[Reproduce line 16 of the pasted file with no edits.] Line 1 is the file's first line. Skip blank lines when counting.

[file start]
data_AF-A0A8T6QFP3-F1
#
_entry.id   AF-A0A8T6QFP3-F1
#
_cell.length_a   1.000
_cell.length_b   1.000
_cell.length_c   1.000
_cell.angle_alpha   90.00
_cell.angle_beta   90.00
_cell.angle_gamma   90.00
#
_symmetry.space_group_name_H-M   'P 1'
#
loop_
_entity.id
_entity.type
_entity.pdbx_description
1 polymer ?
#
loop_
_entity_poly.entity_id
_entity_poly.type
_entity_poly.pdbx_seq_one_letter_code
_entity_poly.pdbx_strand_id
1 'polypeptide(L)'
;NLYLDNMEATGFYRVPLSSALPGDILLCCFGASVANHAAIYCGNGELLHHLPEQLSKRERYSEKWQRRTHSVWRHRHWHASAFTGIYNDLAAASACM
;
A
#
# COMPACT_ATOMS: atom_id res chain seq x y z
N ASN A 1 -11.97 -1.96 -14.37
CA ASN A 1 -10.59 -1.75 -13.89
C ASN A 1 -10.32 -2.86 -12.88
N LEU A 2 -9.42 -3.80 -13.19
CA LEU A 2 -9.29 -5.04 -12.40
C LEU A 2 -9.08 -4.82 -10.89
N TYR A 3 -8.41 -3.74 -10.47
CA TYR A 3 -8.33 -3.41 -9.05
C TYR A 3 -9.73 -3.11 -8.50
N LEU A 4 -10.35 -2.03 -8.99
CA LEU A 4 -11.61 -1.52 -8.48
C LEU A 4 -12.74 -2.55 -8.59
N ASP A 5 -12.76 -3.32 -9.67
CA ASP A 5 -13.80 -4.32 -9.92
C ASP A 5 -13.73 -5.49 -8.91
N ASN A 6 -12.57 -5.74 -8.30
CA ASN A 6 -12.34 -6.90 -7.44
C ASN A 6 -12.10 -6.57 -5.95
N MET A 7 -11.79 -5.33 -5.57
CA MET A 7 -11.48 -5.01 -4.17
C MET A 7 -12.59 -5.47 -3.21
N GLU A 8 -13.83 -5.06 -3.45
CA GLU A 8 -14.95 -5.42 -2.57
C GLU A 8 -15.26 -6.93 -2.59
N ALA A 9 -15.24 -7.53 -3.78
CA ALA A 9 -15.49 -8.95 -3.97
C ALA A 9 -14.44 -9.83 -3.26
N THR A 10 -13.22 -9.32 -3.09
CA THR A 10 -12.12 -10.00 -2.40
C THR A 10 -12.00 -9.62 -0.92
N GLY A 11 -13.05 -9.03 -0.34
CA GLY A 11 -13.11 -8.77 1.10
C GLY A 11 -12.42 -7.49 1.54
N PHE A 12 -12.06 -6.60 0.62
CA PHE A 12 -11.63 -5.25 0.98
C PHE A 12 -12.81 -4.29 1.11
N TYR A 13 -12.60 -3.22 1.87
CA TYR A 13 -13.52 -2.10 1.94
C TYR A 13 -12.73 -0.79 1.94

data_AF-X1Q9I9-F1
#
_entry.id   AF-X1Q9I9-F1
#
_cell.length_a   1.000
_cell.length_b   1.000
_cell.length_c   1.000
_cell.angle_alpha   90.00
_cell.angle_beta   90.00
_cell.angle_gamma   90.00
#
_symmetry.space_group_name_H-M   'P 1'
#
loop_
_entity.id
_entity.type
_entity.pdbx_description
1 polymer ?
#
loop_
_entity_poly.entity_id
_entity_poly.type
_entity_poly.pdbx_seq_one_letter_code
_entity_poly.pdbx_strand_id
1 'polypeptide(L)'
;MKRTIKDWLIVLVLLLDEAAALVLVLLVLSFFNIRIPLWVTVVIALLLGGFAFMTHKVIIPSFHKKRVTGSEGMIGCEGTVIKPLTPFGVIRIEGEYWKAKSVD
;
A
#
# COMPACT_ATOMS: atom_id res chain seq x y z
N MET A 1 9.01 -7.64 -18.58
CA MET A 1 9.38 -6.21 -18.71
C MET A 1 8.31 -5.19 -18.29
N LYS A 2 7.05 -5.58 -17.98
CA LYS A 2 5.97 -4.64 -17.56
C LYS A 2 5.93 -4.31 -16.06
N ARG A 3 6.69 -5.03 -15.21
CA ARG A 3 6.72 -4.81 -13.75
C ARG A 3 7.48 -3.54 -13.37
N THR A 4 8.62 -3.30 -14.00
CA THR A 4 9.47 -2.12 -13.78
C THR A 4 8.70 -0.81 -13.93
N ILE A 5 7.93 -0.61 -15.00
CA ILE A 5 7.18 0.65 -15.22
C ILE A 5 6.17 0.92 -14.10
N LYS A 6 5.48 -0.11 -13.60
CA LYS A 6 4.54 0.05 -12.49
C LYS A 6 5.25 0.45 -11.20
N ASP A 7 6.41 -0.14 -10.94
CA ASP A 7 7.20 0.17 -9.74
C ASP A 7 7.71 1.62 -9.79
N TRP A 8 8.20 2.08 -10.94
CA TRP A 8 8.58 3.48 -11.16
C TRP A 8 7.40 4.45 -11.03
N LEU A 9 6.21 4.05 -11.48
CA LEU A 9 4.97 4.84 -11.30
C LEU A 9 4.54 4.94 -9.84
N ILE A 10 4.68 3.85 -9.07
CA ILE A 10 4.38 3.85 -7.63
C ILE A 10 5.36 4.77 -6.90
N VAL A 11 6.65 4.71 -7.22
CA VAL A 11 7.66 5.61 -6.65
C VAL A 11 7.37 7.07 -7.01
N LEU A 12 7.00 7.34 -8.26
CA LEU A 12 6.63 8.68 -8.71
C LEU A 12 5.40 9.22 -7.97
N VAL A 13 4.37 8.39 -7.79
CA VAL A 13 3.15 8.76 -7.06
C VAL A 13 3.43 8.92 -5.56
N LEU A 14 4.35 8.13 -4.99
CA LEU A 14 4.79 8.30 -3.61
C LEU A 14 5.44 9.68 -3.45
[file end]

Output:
_entity.type